More specifically, let me take a moment to review the International and Supply Chain segments, where we are generating great returns for our shareowners.

The results this quarter were robust: Double-digit growth in revenue and operating profit. Clearly, this is not where we started in 2014. We've made long strides, and it has taken a lot of hard work and execution by the entire team.

Last year, we finished at over $3.2 billion of operating profit, up significantly over where we started, even with the currency headwind, and we're enjoying the benefits from our continued momentum.

These results are based on straightforward plans, build sustainable foundations, make the business models more efficient and flexible and focus on the right growth strategies.

As we look ahead, the pace of business is accelerating, and we are transforming our entire business to connect global buyers and sellers in new ways. We are advancing the capabilities of our global Smart Logistics Network, and this year, marks a major step up.

We start bringing online new regional hubs, and begin the initial rollout of dynamic ORION as well as Network Planning Tools. We also continue to implement technology projects within the EDGE program. All of these items will drive greater operational efficiency. Additionally, we are identifying new multiyear transformation projects that bend the cost curve further, making us even more efficient.

While all segments will benefit from the new initiatives, the U.S. Domestic segment will enjoy the largest gains as we move faster with transformation. The future of UPS is being designed to create a more flexible and agile company. And at the same time, enhance our ability to better serve customers.

But make no mistake about it, our plans are built on better managing our customer value proposition based on how buyers and sellers consume our integrated networks and our services.

We can take the best lessons learned from our International and Supply Chain segments to speed the pace of improvement in all parts of our business. At a high level, we will continue to follow a straightforward approach to drive execution. Already, many actions are underway, and I look forward to helping drive strategic plans across all of the business units.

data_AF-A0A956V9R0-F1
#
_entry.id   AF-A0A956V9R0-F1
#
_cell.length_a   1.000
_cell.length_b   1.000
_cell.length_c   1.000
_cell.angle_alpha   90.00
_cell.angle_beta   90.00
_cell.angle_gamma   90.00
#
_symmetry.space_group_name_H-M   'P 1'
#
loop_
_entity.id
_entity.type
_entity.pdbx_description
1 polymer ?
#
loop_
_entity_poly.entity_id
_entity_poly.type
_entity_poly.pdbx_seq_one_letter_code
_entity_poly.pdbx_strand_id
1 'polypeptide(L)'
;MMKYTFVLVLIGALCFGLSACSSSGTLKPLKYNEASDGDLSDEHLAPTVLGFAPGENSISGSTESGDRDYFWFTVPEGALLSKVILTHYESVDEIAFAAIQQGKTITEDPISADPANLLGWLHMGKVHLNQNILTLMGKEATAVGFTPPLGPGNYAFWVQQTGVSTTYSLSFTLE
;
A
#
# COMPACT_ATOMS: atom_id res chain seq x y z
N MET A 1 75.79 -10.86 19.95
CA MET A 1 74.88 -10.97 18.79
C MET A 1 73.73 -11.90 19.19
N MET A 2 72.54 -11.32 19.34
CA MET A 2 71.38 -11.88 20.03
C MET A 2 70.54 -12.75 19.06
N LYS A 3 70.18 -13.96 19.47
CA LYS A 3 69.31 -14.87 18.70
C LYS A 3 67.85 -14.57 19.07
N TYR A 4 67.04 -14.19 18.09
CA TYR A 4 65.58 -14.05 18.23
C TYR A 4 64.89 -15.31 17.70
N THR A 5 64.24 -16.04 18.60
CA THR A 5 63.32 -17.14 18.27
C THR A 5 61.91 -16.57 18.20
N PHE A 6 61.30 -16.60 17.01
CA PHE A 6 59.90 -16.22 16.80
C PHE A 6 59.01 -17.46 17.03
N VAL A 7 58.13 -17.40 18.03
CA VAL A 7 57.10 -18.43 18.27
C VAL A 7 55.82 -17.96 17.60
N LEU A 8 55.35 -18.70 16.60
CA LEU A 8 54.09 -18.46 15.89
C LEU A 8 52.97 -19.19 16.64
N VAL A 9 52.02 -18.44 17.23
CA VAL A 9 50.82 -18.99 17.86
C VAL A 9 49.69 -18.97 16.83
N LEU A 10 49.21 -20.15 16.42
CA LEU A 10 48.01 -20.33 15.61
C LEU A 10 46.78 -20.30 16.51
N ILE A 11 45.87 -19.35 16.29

Thanks for your time today. And now I will turn it over to Richard.

--------------------------------------------------------------------------------

Richard N. Peretz, United Parcel Service, Inc. - Senior VP, CFO, Principal Accounting Officer & Treasurer [5]

--------------------------------------------------------------------------------

[

Thanks, Jim, and good morning. As we look across the enterprise, revenue increased more than 10%. Volume growth was strong and product yields expanded. We made $1.55 earnings per share in the quarter, about where we expected.

We had strong performance in both the International and Supply Chain & Freight segments, while the U.S. Domestic underperformed, primarily due to difficult weather conditions and some expected headwinds.

Also this quarter, UPS adopted the new FASB accounting standards that shifted items on our income statement. A presentation of the changes can be found in our IR website. We've also added a new section in the web schedules to give investors clarity on the pension changes.